Winnie the Pooh Movie

Disney Enterprises

Review in a Hurry: It's trickier than it looks to make a movie that offends absolutely nobody, but Winnie the Pooh is as close as it gets. Neither age-inappropriate nor insultingly childish, this classic-feeling throwback (in glorious 2-D hand-drawn animation!) stays true to the beloved characters and the books by A.A. Milne—though in doing so, it's also unavoidably scattershot and short.

The Bigger Picture: Not including the animated short that precedes it—in which Billy Connolly narrates the Loch Ness monster's origin story—and the animated end titles (complete with post-credits gag), Winnie the Pooh has a running time of about an hour. To be true to Pooh, one really only can tell short stories, though directors Stephen Anderson and Don Hall jazz things up visually by literally making the book's text come alive, and aurally by casting John Cleese as the omniscient narrator who occasionally addresses the characters directly.

If you're reading this, we can probably safely assume you know the basics of the Hundred Acre Wood. Pooh and friends are the stuffed playthings of a young English boy named Christopher Robin, and the "silly old bear" is constantly on the hunt for "hunny." He's alternately assisted and hindered by smarty-pants Owl, scaredy-cat Piglet, obsessive Rabbit, rambunctious Tigger, depressive Eeyore and the lovingly familial mother-son team of Kanga and Roo. In the unlikely event that you somehow escaped childhood not knowing any of that, find a nearby kid and have them explain.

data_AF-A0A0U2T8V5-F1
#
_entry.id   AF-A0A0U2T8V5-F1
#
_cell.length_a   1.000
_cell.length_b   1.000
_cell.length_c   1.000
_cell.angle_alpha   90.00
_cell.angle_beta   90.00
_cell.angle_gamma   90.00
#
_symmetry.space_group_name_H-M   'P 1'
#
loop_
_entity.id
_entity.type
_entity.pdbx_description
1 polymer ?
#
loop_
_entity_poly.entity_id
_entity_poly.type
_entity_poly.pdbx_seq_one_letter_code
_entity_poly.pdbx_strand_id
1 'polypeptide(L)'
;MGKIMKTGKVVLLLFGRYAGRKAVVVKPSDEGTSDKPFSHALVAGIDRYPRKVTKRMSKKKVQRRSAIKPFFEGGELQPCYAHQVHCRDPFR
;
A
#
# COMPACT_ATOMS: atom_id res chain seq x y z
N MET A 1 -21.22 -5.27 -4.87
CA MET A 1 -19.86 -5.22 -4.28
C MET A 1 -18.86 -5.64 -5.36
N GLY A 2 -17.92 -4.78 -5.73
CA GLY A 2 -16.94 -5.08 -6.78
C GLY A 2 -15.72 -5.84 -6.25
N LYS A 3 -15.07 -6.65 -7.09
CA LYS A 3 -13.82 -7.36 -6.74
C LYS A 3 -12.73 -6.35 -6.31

The movie mostly deals with the search for Eeyore's lost tail, as well as a missing Christopher Robin who is presumed to have been abducted by a mythical beast called the Backson (a misreading of a note that says "back soon"). It's a plot familiar to Milne readers and thin material for a feature, but you can't just go writing a new story willy-nilly without alienating a massive chunk of the audience: young'uns who'll nitpick every deviation from the source. Yet the story is so episodic that it feels like it was designed to be started and stopped on the DVD player at any point, to be easily resumed without any confusion. That's not necessarily a criticism, but nor is it a wholehearted endorsement of a full-price admission purchase to the big-screen presentation.

New songs written by Kristen Anderson-Lopez, Richard Lopez and sometimes Zooey Deschanel are charming and fit the whimsical tone, though Deschanel's rendition of the classic theme song may be an acquired taste. The new voice actors are universally good, with Jim Cummings a near-dead ringer for the late Sterling Holloway and Craig Ferguson channeling his old Drew Carey Show persona for Owl.

Whether this movie serves as an introduction to Pooh or a refresher, kids should love it and you won't feel bad about them loving it. But you can easily wait for DVD—if you have children of your own, you'll end up buying it anyway.

The 180—a Second Opinion: Unlike the feature, that Nessie short really is only for the very young, and with its moral that crying for days on end solves your problem it perhaps is not one you want tantrum-prone tots to take to heart.

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